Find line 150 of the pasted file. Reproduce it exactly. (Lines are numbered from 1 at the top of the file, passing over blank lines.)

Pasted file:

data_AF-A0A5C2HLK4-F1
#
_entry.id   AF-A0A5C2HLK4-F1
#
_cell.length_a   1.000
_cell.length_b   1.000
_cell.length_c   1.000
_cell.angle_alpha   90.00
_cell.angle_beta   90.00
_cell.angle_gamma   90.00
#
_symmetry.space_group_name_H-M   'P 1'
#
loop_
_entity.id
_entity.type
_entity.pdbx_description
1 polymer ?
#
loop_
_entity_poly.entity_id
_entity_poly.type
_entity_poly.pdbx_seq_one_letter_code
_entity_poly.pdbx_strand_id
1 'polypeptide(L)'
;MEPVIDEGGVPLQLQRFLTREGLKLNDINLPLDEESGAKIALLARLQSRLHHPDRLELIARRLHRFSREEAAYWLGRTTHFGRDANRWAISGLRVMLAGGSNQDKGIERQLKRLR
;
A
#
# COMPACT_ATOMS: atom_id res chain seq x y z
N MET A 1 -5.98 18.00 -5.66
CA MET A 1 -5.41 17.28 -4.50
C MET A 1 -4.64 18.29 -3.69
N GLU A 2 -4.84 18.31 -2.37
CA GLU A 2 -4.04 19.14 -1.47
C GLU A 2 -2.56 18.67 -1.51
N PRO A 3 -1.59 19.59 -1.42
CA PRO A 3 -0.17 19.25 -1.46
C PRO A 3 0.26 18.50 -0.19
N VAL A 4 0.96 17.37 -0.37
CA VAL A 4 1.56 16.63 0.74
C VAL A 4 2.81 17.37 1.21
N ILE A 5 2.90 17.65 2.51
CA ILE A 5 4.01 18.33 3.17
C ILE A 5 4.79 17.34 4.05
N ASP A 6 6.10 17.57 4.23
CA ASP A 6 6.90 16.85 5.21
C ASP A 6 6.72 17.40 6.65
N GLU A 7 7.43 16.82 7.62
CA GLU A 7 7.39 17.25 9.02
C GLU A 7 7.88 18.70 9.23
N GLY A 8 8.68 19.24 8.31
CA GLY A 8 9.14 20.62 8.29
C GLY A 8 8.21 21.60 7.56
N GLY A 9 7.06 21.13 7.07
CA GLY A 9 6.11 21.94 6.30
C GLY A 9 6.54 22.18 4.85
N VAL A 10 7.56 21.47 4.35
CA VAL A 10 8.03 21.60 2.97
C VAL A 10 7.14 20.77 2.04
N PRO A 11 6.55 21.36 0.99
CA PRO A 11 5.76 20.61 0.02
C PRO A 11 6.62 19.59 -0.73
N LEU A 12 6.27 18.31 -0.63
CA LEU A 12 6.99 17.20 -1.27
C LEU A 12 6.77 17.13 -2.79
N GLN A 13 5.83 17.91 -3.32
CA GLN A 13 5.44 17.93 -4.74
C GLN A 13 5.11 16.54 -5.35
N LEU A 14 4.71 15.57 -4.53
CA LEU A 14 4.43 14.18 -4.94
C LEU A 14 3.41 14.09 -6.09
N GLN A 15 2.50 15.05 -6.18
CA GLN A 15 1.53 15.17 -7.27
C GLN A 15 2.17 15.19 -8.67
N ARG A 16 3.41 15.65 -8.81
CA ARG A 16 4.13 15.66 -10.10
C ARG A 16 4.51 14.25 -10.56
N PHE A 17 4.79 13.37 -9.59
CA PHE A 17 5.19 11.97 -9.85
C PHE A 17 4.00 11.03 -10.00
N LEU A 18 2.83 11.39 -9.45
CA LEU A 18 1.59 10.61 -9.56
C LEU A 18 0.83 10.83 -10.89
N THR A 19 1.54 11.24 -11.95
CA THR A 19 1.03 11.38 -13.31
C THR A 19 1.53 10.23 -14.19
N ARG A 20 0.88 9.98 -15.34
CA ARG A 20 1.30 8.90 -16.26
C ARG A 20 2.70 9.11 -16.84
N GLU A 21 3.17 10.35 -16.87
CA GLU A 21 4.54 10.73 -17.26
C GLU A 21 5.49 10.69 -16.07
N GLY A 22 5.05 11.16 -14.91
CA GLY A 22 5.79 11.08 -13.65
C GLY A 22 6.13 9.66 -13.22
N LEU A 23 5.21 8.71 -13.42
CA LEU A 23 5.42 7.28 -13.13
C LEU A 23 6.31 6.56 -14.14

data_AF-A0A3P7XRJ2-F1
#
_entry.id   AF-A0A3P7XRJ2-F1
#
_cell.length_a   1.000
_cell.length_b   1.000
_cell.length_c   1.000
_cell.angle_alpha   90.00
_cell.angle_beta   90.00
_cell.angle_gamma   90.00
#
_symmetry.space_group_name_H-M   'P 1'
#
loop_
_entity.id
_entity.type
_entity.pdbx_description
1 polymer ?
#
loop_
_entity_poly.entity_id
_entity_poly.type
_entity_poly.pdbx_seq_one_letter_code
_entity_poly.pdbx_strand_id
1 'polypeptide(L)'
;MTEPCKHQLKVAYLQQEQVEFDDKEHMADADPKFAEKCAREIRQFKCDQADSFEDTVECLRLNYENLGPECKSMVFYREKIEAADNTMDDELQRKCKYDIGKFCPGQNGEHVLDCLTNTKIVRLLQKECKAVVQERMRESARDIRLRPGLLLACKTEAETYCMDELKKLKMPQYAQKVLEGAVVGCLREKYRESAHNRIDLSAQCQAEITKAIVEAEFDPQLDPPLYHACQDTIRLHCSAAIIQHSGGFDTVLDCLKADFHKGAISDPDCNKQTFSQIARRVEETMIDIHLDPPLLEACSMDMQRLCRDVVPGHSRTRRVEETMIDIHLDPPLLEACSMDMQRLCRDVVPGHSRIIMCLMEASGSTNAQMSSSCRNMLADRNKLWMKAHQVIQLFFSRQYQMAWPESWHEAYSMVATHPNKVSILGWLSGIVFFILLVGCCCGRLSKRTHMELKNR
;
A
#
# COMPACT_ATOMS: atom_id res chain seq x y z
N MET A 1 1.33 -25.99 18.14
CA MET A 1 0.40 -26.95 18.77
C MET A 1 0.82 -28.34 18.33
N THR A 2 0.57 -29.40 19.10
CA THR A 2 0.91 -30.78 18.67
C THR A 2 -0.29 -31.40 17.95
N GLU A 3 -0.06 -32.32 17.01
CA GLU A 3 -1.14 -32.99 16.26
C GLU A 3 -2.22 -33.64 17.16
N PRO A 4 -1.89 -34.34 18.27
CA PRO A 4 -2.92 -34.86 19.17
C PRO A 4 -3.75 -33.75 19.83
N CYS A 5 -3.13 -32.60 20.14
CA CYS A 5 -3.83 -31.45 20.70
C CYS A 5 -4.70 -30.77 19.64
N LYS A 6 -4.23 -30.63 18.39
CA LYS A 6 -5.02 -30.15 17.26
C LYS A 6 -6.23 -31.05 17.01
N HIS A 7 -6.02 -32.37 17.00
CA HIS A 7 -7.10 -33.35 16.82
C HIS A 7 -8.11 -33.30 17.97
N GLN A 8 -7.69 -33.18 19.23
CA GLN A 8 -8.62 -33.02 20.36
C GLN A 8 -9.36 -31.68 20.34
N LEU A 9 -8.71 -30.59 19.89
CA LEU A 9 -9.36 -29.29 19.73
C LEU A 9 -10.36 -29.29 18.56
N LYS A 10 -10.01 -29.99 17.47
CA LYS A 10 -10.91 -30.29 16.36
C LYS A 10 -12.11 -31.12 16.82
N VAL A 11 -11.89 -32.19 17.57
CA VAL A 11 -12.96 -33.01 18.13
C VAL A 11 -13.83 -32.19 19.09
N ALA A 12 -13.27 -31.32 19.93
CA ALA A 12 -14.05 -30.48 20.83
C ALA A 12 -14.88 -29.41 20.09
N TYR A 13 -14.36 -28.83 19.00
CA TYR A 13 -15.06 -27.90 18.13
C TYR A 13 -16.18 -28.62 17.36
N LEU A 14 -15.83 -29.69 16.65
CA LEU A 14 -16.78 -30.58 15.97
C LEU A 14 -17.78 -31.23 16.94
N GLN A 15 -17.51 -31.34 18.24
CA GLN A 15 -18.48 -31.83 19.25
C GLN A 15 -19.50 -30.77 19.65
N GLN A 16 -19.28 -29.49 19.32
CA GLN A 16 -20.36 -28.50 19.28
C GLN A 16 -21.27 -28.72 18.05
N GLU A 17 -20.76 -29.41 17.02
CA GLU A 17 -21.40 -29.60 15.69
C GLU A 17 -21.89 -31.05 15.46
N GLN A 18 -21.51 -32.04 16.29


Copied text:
C HIS A 7 -8.11 -33.30 17.97